Tag Archives: Dominoes

Calle Ocho: The Great Clotheshanger Day Two Detour

28 Apr

I knew my second day in Miami would be great the moment I woke up. I always feel great when I wake up without the alarm clock. Well-rested, and pretty much on my own for the day, I set out on a hunt for clothes hangers, knowing full-well the search could lead to an adventure if I loosely arranged for it to be so.

I headed straight for Calle Ocho. This wouldn’t be the logical place to go for clothes hangers, but I wanted to check out the Goodwill Superstore, and that happened to be at 982 SW 8th Street. Calle Ocho is a landmark street within Little Havana (Spanish: La Pequeña Habana). “LH is a neighborhood of Miami, Florida, United States. Home to many Cuban immigrant residents, Little Havana is named after Havana, the capital and largest city in Cuba… LH is occasionally called the Latin Quarter. LH is noted as a center of social, cultural, and political activity in Miami. Its festivals, including Carnival Miami, Cultural Fridays, the Three Kings Parade and others, are televised to millions of people every year on different continents. It is also known for its landmarks, including Calle Ocho (SW 8th Street/Tamiami Trail)…It is undoubtedly the best known neighborhood for Cuban exiles in the world. Little Havana is characterized by a robust street life, excellent restaurants, cultural activities, mom and pop enterprises, political passion, and great warmth amongst its residents.”–Wikipedia.

Colorful and Political Street Art, Calle Ocho, Miami, April 2012

I arrived at about 2:30 p.m. and drove down the strip from SW 17th down to SW 11th. I noticed things were pretty quiet, but I saw some mysterious nooks and crannies waiting to be explored. I decided to leave my whip in the KFC parking lot, to avoid paying a meter. I began my stroll and immediately noticed I was getting a lot of attention here. One young man walks by and asks me, “Ay mami, are you a tourist?” I said “No,” defensively, giving myself away. He ended the exchange with a smirk and, “You look like one.” Even though it wasn’t a compliment, I felt like it was a nice primer for what was to come. I smiled.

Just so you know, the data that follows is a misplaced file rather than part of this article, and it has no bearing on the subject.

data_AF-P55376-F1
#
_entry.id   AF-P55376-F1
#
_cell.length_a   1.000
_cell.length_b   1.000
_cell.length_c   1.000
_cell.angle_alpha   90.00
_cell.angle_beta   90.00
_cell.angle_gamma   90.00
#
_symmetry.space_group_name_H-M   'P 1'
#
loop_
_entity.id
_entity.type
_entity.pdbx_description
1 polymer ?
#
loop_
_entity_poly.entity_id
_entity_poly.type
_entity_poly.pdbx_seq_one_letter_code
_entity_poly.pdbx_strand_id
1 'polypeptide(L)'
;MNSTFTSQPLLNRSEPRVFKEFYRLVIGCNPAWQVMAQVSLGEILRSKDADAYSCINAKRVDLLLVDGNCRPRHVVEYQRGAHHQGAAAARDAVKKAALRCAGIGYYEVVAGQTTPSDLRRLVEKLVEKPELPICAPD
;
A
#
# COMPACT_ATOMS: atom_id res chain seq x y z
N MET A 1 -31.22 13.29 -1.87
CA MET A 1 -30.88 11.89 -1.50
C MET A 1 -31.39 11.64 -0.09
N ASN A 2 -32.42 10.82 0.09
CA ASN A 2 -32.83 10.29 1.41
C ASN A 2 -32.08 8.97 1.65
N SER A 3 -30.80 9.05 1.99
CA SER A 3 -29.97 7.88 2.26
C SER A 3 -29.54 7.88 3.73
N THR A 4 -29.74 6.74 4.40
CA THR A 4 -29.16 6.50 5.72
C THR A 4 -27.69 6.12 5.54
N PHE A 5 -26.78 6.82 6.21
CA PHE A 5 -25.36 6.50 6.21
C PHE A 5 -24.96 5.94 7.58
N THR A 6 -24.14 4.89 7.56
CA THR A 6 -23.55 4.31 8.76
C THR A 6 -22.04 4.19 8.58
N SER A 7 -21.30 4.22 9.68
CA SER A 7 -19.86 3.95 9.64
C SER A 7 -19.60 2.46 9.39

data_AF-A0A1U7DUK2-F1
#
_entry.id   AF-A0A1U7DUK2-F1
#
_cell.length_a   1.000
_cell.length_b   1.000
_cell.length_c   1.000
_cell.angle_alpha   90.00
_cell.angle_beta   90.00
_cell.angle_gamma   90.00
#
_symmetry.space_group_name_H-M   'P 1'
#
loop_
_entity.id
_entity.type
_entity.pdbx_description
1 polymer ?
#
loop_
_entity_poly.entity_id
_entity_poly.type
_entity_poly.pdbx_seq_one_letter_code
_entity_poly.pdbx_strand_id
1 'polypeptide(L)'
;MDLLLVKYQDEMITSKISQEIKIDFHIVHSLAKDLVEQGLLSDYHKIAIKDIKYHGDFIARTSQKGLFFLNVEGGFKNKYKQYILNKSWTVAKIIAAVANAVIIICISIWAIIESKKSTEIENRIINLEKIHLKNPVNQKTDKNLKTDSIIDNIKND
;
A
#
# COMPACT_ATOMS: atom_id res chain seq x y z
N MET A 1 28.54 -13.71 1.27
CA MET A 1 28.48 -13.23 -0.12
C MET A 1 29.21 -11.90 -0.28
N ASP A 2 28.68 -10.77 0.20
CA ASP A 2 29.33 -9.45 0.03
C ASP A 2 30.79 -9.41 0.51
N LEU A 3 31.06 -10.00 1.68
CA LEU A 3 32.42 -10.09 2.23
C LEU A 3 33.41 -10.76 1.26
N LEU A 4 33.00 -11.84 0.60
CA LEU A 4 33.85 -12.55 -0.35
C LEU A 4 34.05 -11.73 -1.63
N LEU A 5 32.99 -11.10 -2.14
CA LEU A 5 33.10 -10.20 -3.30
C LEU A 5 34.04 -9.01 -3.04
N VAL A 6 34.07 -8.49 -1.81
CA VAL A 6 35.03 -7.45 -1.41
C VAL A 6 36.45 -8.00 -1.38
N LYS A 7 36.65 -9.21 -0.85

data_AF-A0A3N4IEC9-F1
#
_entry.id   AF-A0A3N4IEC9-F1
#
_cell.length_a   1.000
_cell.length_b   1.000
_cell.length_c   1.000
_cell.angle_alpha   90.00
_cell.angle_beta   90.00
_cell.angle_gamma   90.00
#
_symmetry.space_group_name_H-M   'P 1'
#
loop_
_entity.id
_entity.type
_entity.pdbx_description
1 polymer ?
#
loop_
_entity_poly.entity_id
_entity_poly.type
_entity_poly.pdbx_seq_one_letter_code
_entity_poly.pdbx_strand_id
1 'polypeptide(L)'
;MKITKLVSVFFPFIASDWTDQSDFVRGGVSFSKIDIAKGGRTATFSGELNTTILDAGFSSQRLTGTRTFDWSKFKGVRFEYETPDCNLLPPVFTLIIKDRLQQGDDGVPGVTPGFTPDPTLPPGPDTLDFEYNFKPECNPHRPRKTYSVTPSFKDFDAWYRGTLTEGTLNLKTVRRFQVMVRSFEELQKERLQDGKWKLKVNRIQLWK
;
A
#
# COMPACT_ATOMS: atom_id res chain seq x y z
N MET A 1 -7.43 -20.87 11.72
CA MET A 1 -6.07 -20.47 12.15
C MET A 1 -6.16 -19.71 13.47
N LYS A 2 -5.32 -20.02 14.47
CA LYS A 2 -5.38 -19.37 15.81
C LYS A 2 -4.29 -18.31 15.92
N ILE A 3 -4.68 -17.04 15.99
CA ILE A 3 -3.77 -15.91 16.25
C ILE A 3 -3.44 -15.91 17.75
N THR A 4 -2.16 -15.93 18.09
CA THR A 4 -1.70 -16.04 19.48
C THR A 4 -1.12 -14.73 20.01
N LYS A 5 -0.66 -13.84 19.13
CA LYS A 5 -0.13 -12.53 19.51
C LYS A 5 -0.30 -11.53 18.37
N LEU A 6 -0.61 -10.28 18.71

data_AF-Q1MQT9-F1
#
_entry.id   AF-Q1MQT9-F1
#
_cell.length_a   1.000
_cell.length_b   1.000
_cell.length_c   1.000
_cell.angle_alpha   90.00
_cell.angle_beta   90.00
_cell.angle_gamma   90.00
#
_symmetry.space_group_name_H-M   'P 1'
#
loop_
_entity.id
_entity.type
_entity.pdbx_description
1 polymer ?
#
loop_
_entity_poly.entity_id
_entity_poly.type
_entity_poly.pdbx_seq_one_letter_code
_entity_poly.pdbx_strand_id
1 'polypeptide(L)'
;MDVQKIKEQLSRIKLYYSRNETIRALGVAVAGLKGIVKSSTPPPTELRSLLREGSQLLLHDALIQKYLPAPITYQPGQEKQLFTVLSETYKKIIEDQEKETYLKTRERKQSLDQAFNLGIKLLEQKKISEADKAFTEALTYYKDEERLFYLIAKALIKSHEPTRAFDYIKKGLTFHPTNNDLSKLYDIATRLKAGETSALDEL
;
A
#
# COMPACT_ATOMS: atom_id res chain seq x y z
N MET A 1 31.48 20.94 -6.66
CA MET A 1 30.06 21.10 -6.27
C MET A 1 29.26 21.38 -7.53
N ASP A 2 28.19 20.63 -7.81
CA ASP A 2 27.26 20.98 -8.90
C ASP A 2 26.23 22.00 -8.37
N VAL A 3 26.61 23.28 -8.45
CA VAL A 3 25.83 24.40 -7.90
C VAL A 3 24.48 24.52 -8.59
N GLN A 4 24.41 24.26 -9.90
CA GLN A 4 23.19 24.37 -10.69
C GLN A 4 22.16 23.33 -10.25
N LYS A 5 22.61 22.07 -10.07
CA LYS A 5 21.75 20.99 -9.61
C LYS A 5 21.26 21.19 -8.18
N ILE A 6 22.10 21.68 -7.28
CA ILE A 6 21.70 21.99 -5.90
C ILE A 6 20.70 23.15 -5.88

Festive Street Corners, Calle Ocho, Miami, April 2012

On Calle Ocho there is a little nook called the Maximo Gonzalez Park which doubles as one of Miami’s famous Domino Club meeting spots. What follows is what I wrote as I sat in the shade here, hiding from the sun, sipping on a sugary Cuban espresso:

“I sit on a bench in the shade as many men sit in groups of four, at designated tables, playing their beloved game of Dominoes. Pigeons flutter around my feet, pecking at seeds and trash. The clinking of the plastic tiles seems wedded to the lively murmur of conversational Spanish. Occasional victorious or dismayed cries interject.

Men playing dominoes at Maximo Gonzalez Park, Calle Ocho, Miami, April 2012

It is a lovely day, must be 85 degrees in the sun. But in the shade, a breeze still reaches us from the ocean and the effect is pleasantly balmy. I’ve been met with many stares while walking down this street. They have all been followed by smiles of approval and mild interest. Especially in the Dominoes Park. Most of the men here are older, 60+, but some are young. I see two other women here, both look ethnically Hispanic. I feel singular, but not alien.

I bought an espresso from a window cafe a couple of blocks back. It’s just now cool enough to sip, and upon first taste I notice how sweet it is. Lots of sugar has been added (I want to inquire later as to whether or not this is how locals drink it, or if the waitress thought I wouldn’t want it straight). It is strong, thick. Very good. I already feel slightly sick from the rush of caffeine.

Two other Caucasian tourists walk into the square and I’m embarrassed! Ballcaps and tennis shoes, they remind me instantly that I’m one of them. Also reminding me is a dark-skinned man with a slight flat-top hairdo that is peering at me from around a cement column. He wears a Matrix-like trench coat and has been following me at a safe distance as I’ve traversed the famous street. He carries a yellow legal pad and pen, as if he’s taking notes. There’s no difference between he and I except I am using my Blackberry to write this now. He could be a lost, quirky, Calle Ocho pirate author.

The pirate of Calle Ocho in a trenchcoat, as seen from behind. Sometimes the followed becomes the follower. Calle Ocho, Miami, April 2012.

As I sit here I’m reminded of Columbus Park in Manhattan. Nestled in my favorite part of Chinatown, it is a shaded triangle of respite from the city snarl. Many locals sit at designated tables and play Mahjong all day long. There, you will find that most of the players are old as well, except they’re of Asian descent. Like I’m doing here, now, you can stroll into Columbus Park and watch people play for hours. While I don’t know how to play Mahjong, there seems to be similarities between the games. Perhaps I say that just because both utilize similarly shaped plastic tiles. That’s something else I should look into.

I would like to while away the hours here, but I didn’t pay for parking and don’t want to risk getting a ticket. This is a lovely spot, an oasis compared to the heat right outside the gates.”

Shortly before leaving, I met Jules. He was a 30-something construction worker, with a 15-year old son. Jules was hitting on me, but in an acceptable gentlemanly fashion. We made small talk, he told me he’s lived on Calle Ocho all his life, and we shared a laugh about our shared unemployment being the reason we were hanging with the Dominoes Club on a Thursday afternoon.

Delicious piggie, Calle Ocho, Miami, April 2012